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Dunn Robyne - Live At The Basement

  by Malcolm Carter

published: 4 / 8 / 2003

Dunn Robyne - Live At The Basement
Label: Laughing Outlaw
Format: CD


Jazz-influenced, accomplished live release from Australian singer-songwriter Robyn Dunn, recorded over three evenings in Melbourne's smoky basement bar

Another Laughing Outlaw signing on their fourth album and another Australian act on the label which is new to my ears (see also the review by labelmates Bluebottle Kiss), although the sound between these two artists couldn’t be greater. This time I’ve not researched too much into Dunn’s background on purpose. I’ve listened to this album for a few weeks now and I understand that as it is her first live album (it was recorded in 1999 at the Basement in Sydney over three evenings) Dunn has taken some songs from her previous albums and put them in a new setting. I don’t know what the Basement in Sydney is like, never having been there, but these songs, in this interpretation, sound like it is a smoky jazz joint which is probably as far away from the truth as you can get! But there is no denying that these songs are given the jazz treatment. Again not knowing the singer/songwriter's previous work it is impossible to compare these readings with those originals but they certainly work in this context. The 11 songs are all quite long. There is not one under 5 minutes and 3 of them go over 7 minutes. This is good as it gives the songs the chance to develop and make their mark and, as with most of the music in this vein, the melodies are not as instant as the music we hear blaring out of our radios all day long. These songs need time to reveal their beauty but it is time worth giving. This is late night listening with the lights low, or a Sunday morning album. It’s not an album to listen to driving along in the car, I’ve tried it and because it is so quiet, and requires attention it’s best listened to in a home setting. It’s on the fourth, ‘History’ where it all started to make sense to me. The often-cited influences of Kate Bush and Tori Amos are to be heard on this track. It has a beautiful melody. Dunn’s vocals have an amazing clarity and the piano playing by Matt McMahon is simply breathtaking. From there on the album seems to get better and better. The following track, ‘Sleeping Dogs', again displays Dunn’s strong vocal prowess and the band including Steve Hunter on bass and Dave Goodman on drums (outstanding throughout the album, but especially so on this track) are excellent. I’m no jazz expert and wouldn’t dare to try to offer any technical details about the music on this album, but I do know well played music when I hear it and I hear a lot of it on these tracks. There is a lot of feeling in the playing, so much that if you close your eyes while listening to the album you are taken to the Basement and feel part of the audience. Thanks to Norah Jones a new generation (and some of us older ones who didn’t get it the first time around) are discovering the joys of jazz tinged music and while I’d make a guess that Dunn has been playing for a lot longer than Norah Jones maybe the breakthrough Jones has made will pave the way for the likes of Dunn to now reach a wider audience. I always feel that if on hearing an artist’s work for the first time you are impressed enough to check out their back catalogue then obviously their music has touched you and made an impression. I have no doubt that very shortly I will be reaching into my pockets to shell out for Dunn’s previous three albums. Partly out of curiosity I’d like to hear if these songs work as well in a different setting or to hear if they already had this laid back jazz sound, and partly because Dunn is such an accomplished singer I would simply love to hear more of her work.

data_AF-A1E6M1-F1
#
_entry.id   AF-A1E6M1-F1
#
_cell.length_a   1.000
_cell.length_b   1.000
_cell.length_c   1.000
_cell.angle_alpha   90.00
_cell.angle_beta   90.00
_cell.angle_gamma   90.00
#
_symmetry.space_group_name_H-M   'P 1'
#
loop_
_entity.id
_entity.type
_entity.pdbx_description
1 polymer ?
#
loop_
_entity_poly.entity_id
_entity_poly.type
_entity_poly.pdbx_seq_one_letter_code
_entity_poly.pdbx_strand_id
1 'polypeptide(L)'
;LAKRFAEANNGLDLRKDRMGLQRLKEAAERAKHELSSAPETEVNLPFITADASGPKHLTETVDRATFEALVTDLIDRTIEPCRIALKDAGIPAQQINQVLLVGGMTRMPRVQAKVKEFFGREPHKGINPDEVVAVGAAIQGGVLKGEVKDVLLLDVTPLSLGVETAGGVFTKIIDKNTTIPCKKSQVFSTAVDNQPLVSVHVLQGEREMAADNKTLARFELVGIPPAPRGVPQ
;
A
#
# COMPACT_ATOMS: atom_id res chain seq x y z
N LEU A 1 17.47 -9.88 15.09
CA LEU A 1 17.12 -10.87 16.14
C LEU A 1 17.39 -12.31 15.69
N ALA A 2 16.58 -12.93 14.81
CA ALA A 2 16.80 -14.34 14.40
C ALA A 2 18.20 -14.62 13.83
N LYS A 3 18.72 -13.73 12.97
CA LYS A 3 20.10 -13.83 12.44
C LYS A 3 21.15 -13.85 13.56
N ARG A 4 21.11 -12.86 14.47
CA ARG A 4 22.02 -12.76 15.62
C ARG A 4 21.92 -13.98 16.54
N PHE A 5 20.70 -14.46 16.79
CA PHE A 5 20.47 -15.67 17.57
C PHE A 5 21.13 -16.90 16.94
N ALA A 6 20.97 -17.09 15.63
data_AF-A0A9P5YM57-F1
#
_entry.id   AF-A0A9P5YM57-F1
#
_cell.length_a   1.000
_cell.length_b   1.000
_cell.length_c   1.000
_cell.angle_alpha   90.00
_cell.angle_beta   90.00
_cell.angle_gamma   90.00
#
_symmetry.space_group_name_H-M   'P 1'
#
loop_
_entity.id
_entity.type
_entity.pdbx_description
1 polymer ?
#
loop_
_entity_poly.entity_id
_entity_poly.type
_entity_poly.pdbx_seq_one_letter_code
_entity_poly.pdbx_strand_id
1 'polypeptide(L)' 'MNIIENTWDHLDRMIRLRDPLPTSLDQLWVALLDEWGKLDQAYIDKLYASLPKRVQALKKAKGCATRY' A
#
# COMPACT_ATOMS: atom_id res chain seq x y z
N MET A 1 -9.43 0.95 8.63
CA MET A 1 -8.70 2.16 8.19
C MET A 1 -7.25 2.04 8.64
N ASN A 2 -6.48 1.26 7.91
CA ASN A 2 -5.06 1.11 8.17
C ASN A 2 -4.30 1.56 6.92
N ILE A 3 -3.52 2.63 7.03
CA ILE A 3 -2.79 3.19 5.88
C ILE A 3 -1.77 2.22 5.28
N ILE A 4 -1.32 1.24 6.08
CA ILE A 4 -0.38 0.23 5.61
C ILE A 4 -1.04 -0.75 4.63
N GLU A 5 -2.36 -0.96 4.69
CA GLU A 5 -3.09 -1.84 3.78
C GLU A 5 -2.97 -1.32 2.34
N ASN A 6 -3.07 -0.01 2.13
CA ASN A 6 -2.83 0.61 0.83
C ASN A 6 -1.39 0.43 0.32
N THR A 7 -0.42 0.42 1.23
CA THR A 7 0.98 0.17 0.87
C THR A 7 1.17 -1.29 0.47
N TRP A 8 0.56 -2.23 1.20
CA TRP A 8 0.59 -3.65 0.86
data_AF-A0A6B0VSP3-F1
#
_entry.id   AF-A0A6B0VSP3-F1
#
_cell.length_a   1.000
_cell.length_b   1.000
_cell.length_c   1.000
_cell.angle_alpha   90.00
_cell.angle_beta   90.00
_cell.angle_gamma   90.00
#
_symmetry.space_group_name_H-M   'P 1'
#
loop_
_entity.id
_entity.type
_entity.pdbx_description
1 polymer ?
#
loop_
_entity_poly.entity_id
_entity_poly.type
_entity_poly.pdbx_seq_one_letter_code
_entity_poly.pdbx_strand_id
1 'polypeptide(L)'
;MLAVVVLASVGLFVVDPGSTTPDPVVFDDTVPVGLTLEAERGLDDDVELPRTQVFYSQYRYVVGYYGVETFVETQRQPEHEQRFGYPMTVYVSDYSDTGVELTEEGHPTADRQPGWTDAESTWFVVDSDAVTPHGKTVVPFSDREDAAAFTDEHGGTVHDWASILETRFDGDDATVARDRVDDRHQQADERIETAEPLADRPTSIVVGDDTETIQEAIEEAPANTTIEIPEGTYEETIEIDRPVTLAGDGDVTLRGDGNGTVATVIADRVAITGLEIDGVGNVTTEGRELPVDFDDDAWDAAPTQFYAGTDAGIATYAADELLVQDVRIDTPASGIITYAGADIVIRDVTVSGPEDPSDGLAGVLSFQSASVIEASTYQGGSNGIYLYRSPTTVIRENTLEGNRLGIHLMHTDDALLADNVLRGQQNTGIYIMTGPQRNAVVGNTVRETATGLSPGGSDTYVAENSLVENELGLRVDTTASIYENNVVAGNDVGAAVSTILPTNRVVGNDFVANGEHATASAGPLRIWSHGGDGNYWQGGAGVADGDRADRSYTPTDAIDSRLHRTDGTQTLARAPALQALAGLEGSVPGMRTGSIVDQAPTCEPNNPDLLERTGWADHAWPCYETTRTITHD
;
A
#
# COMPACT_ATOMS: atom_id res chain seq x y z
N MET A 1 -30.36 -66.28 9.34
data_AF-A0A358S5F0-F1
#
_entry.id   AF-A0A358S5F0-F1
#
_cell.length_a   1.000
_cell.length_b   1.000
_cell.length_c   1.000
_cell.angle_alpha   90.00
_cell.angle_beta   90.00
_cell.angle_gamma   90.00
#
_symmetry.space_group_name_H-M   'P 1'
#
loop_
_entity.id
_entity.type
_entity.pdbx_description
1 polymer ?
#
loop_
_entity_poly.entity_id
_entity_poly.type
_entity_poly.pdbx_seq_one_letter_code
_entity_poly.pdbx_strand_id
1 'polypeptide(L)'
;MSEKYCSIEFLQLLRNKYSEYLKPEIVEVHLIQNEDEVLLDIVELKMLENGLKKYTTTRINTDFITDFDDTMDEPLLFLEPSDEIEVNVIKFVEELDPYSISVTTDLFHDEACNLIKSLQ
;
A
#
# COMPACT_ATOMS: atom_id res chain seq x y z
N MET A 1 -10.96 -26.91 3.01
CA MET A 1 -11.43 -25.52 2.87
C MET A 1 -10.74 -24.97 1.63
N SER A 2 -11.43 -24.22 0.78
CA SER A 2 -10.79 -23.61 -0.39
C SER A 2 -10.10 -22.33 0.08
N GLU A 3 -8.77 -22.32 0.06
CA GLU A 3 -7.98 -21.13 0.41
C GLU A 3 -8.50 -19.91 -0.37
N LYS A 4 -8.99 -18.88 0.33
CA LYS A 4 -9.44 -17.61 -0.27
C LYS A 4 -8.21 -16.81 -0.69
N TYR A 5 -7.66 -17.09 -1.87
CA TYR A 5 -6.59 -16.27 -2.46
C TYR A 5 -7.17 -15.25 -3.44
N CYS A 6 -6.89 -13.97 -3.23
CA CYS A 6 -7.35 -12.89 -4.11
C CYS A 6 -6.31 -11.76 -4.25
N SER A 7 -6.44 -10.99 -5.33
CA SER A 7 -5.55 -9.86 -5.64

Track Listing:-
1 Daisies
2 Valley of Tears
3 Here With You
4 History
5 Sleeping Dogs
6 Joy
7 Going Going Gone
8 Lucky
9 Torn Apart
10 Be Yours
11 Good Morning Heartache

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